Ed Golson Outdoor Education

white spruce

Scientific Name: Picea glauca

Description: The white spruce, along with its close relative the black spruce, is one of the most common coniferous trees in North America. All spruce trees, unlike pine trees, have needles that are square instead of round. The needles of spruces are also attached to short woody projections of twigs instead of the twigs themselves.  

The white spruce often grows to a size of approximately 60 feet tall and 20 feet wide. It takes a long time to reach that height, though, because this tree grows slower than most. Its bark is thin, scaly, and dark gray in color. The needles of the white spruce are quite short, usually only slightly more than half an inch long.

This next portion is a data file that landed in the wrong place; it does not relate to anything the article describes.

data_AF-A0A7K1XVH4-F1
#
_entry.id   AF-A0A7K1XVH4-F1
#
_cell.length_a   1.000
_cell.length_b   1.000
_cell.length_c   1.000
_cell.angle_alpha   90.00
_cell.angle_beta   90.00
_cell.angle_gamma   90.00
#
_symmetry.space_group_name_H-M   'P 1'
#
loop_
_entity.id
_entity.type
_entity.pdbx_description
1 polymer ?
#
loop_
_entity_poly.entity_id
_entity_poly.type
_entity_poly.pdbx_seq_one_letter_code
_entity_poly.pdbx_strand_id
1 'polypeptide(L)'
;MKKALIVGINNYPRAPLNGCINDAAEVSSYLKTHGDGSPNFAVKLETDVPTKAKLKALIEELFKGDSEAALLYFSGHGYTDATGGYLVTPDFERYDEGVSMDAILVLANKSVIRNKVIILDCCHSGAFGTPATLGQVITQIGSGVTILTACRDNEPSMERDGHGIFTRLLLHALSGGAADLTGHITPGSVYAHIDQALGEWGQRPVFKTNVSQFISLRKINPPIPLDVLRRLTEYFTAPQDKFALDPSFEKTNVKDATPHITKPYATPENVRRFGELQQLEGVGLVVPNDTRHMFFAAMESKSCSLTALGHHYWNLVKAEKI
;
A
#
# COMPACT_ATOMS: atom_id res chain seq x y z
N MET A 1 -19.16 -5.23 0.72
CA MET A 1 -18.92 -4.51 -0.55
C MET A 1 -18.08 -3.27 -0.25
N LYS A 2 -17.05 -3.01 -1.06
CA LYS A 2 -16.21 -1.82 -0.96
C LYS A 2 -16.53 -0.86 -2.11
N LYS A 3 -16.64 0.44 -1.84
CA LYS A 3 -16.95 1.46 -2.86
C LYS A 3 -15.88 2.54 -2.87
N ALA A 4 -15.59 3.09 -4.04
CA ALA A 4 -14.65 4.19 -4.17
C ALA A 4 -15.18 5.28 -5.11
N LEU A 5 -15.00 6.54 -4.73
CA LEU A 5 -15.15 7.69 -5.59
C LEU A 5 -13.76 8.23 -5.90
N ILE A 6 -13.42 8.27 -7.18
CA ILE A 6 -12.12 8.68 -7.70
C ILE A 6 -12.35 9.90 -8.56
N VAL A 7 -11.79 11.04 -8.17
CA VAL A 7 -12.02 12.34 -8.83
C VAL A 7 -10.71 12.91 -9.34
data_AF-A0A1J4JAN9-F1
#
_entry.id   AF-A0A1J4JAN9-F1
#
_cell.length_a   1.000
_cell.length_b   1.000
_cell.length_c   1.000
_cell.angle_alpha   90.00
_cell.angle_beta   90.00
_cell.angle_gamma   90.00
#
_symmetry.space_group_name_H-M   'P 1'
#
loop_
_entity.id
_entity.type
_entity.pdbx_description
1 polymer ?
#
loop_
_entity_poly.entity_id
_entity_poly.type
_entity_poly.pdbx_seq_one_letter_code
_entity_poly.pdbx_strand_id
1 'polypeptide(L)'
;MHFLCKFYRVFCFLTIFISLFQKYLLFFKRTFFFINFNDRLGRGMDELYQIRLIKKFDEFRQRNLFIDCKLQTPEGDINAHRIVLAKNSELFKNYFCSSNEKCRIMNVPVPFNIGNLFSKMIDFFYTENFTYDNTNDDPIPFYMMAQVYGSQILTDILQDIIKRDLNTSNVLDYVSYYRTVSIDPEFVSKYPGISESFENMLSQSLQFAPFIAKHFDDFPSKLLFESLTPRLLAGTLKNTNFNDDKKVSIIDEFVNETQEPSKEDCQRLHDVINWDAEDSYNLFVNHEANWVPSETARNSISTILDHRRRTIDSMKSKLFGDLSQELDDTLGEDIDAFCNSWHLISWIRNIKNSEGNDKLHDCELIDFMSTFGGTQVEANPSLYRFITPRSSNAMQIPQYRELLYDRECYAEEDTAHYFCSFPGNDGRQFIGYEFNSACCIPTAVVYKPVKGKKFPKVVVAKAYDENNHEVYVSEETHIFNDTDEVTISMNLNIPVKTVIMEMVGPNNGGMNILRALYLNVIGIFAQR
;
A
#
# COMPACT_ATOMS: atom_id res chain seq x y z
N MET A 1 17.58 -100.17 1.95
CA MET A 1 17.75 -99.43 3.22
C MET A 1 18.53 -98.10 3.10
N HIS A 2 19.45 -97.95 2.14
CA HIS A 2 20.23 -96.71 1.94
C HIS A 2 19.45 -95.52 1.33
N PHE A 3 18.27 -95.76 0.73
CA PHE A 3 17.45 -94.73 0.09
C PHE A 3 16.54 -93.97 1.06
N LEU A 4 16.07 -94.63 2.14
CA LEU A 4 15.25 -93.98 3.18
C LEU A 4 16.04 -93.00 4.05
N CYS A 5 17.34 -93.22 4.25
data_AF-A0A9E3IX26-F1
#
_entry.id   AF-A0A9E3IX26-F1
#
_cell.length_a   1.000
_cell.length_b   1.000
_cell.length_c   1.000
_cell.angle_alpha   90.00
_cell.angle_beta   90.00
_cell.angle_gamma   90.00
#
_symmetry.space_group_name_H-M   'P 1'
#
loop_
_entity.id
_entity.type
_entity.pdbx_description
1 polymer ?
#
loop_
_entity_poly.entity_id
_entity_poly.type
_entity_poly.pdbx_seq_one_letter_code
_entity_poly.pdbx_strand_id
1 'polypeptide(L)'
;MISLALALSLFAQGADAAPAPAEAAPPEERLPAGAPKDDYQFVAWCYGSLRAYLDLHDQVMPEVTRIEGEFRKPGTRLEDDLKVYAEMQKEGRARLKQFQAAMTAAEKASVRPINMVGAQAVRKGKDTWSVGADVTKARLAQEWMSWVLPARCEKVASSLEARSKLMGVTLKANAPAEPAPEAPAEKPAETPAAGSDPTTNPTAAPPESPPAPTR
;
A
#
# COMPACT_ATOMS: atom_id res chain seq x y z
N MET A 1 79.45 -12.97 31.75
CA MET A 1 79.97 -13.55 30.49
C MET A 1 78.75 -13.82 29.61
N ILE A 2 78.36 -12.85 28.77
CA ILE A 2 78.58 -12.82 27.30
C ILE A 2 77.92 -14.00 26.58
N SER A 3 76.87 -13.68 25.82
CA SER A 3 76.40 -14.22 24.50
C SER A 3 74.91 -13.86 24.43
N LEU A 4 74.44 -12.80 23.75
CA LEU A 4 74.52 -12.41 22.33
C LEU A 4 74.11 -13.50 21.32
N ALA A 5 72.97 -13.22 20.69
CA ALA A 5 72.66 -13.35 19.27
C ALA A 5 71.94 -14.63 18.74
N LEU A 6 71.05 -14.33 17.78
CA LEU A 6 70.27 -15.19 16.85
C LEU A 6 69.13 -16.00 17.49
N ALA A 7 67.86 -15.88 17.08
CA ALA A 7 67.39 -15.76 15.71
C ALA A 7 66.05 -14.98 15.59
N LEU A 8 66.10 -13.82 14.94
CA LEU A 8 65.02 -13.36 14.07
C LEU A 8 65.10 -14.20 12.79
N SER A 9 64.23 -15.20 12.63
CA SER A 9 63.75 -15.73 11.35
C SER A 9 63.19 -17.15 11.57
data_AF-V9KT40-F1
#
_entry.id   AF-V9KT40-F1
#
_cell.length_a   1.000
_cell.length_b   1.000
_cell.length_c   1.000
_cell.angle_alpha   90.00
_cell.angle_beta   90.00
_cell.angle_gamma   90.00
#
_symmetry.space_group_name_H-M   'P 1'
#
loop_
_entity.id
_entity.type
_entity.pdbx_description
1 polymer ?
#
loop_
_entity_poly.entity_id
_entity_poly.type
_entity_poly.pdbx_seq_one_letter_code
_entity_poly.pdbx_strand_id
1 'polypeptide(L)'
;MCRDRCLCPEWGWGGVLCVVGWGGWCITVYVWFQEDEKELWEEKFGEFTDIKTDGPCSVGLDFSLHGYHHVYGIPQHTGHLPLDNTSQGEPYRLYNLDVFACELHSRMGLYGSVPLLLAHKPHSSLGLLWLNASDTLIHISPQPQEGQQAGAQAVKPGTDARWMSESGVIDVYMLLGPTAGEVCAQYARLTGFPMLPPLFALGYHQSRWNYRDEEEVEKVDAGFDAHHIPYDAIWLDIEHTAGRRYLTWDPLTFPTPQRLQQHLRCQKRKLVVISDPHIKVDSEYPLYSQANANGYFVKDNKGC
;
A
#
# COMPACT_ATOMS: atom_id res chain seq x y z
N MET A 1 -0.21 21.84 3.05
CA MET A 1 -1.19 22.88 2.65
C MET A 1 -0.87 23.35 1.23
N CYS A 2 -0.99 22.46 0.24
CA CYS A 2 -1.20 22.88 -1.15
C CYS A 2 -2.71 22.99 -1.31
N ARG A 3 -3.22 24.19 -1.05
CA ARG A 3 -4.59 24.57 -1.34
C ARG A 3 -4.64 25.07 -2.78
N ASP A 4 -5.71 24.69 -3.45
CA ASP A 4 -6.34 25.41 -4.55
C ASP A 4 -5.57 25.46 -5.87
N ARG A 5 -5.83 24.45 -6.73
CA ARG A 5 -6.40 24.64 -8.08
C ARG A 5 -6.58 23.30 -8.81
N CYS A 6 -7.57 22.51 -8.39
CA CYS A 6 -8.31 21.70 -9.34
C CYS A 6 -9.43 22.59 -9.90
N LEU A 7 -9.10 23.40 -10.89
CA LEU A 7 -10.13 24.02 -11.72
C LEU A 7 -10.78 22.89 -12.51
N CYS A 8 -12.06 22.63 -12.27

The cousin of the white spruce, the black spruce, is also quite common in Michigan. The two species look similar, but there are a couple of ways to tell the difference. For starters, the twigs of black spruce have tiny hairs on them whereas the twigs of other spruce are smooth. Also, the needles of the white spruce are often nearly twice as long as those of the black spruce. Another way to tell them apart is by looking at their cones. The cones of black spruce are only about an inch long while the cones of other spruce are much longer.

Another relative of the white spruce is the blue spruce which is often found as decoration in people's yards. These trees are not native to Michigan, however, and rarely occur in the wild. Blue spruce were brought here from places west of the Rocky Mountains.

White spruce tree are found in many different types of wooded habitats , but they do best in wetter areas such as bogs .

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